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Wednesday, September 25, 2013


Slavery—we all seem to know about it: that it is bad, that it was and is rampant in the human world, that it caused the Civil War in the United States in the 19th century; and also that it is at the origin of the race problem in the US. We also seem to know what anthropology is: apart from social, ethnological, medical, biological and a few other anthropologies there is philosophical anthropology, however not very popular in the English speaking world. Philosophical anthropology addresses the question: what does it mean to be human? The answer usually takes two forms: either it sets humans apart from animals or it tries to determine the essence of man. Between that there are many shades that are all variants of the Renaissance humanist definition of man as the peculiar being that, somewhere between beasts and God, determines itself. If it is the essence of humans to define their essence, then humans as humans cannot be an object of empirical observation, even if one were dealing with an unknown tribe, but only of hermeneutical research into the ways how humans express their attitude towards themselves and to fellow humans insofar as they express, assert or otherwise state their own humanity. Needless to say that actions, work, and language are the most probable resources for that.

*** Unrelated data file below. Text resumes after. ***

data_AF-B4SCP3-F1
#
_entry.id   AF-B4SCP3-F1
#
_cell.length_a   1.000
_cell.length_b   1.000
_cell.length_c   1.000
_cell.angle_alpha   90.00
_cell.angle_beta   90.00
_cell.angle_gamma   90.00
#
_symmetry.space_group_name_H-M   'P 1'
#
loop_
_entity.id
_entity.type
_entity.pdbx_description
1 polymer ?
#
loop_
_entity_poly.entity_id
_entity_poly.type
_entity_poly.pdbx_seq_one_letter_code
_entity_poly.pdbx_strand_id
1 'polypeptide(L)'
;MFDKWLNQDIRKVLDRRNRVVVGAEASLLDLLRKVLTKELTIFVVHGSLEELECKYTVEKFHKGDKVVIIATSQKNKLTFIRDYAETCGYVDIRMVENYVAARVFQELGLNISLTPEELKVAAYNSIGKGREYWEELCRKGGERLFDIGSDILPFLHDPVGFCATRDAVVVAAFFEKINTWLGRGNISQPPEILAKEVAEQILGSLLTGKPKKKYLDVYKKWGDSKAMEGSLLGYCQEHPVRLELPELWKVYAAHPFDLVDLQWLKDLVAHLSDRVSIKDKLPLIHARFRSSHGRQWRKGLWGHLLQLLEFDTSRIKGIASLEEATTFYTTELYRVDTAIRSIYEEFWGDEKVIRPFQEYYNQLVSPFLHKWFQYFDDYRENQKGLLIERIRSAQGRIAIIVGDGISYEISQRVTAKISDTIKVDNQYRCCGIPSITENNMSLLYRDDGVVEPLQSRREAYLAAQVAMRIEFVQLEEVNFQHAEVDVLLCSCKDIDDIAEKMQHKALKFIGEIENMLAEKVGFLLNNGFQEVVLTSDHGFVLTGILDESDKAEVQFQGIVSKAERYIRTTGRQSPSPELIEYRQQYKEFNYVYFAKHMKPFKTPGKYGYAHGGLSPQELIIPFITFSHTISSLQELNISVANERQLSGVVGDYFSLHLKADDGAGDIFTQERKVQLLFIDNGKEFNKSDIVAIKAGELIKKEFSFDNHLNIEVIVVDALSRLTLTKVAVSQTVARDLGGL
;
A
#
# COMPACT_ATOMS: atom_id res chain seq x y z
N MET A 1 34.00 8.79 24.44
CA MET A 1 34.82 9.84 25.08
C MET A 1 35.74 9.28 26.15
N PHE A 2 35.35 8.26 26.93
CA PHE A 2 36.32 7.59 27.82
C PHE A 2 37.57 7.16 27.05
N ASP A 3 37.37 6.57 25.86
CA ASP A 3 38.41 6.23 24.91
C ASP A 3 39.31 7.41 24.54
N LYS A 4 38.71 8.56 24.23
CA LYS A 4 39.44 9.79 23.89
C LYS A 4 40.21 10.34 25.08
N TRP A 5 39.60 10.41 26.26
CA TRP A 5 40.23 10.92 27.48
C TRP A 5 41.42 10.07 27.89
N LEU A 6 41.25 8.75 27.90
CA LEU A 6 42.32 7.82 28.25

One commonality of most anthropologies, even the existentialist ones, is to define a ‘human being’ as endowed with peculiar skills and somehow worthy of being elevated; and thus they tend to swerve into Sunday school exhortations and glorifications of “man as man,” usually combined with normative virtue ethics. The religious discourse about the fallibility of man is an antidote against optimism and yet not sufficient to constitute a philosophical anthropology, unless fallibility seen in non-exhortative terms (which contradicts religion and ethics), that is, the weakness of human beings as such and while interacting with fellow humans is identified as a marker of what makes a human, then including also the ability to strive for overcoming flaws. Therefore I suggest looking at humans from the angle of their endangerment, from the moments of utter denial of humanity. What is it that is being denied; how does a human being survive at the fringes of humanity; and what is it that remains in spite of denial? Here I propose to read first person slave narratives with the question in mind: what makes a slave human? The answer will be universal: the humanity of a slave is truly human; it is the core of the meaning of being human; and the endangerment and denial of humanity to slaves yields an anthropology that by its origin and nature defies being denied.
Full article in Annals of Cultural Studies (Roczniki Kulturoznawcze), issue: Vol.4 (2) / 2013, pages: 2139, on